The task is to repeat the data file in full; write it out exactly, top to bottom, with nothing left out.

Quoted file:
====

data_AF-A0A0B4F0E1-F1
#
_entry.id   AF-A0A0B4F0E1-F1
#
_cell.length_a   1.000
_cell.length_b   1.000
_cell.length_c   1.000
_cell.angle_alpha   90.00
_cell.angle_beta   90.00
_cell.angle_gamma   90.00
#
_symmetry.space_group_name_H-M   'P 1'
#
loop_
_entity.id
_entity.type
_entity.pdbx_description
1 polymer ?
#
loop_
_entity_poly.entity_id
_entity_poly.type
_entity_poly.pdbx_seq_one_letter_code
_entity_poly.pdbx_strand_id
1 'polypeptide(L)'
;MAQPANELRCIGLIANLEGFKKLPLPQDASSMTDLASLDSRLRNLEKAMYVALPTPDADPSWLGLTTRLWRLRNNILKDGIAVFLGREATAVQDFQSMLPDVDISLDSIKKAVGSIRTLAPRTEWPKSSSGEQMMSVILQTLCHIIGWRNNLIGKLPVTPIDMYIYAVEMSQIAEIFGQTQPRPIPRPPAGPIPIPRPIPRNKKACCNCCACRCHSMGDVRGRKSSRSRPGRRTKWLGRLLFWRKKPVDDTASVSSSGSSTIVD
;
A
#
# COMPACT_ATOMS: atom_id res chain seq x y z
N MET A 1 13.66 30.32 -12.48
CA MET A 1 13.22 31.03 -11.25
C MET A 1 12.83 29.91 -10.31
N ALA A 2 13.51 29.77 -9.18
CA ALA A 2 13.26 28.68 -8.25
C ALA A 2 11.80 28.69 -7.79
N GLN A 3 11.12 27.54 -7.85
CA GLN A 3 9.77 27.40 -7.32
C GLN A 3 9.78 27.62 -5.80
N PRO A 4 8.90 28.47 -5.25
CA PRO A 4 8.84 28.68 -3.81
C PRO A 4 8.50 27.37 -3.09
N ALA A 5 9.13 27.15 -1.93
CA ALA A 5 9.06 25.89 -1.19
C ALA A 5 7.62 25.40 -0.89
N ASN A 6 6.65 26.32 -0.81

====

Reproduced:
data_AF-A0A0B4F0E1-F1
#
_entry.id   AF-A0A0B4F0E1-F1
#
_cell.length_a   1.000
_cell.length_b   1.000
_cell.length_c   1.000
_cell.angle_alpha   90.00
_cell.angle_beta   90.00
_cell.angle_gamma   90.00
#
_symmetry.space_group_name_H-M   'P 1'
#
loop_
_entity.id
_entity.type
_entity.pdbx_description
1 polymer ?
#
loop_
_entity_poly.entity_id
_entity_poly.type
_entity_poly.pdbx_seq_one_letter_code
_entity_poly.pdbx_strand_id
1 'polypeptide(L)'
;MAQPANELRCIGLIANLEGFKKLPLPQDASSMTDLASLDSRLRNLEKAMYVALPTPDADPSWLGLTTRLWRLRNNILKDGIAVFLGREATAVQDFQSMLPDVDISLDSIKKAVGSIRTLAPRTEWPKSSSGEQMMSVILQTLCHIIGWRNNLIGKLPVTPIDMYIYAVEMSQIAEIFGQTQPRPIPRPPAGPIPIPRPIPRNKKACCNCCACRCHSMGDVRGRKSSRSRPGRRTKWLGRLLFWRKKPVDDTASVSSSGSSTIVD
;
A
#
# COMPACT_ATOMS: atom_id res chain seq x y z
N MET A 1 13.66 30.32 -12.48
CA MET A 1 13.22 31.03 -11.25
C MET A 1 12.83 29.91 -10.31
N ALA A 2 13.51 29.77 -9.18
CA ALA A 2 13.26 28.68 -8.25
C ALA A 2 11.80 28.69 -7.79
N GLN A 3 11.12 27.54 -7.85
CA GLN A 3 9.77 27.40 -7.32
C GLN A 3 9.78 27.62 -5.80
N PRO A 4 8.90 28.47 -5.25
CA PRO A 4 8.84 28.68 -3.81
C PRO A 4 8.50 27.37 -3.09
N ALA A 5 9.13 27.15 -1.93
CA ALA A 5 9.06 25.89 -1.19
C ALA A 5 7.62 25.40 -0.89
N ASN A 6 6.65 26.32 -0.81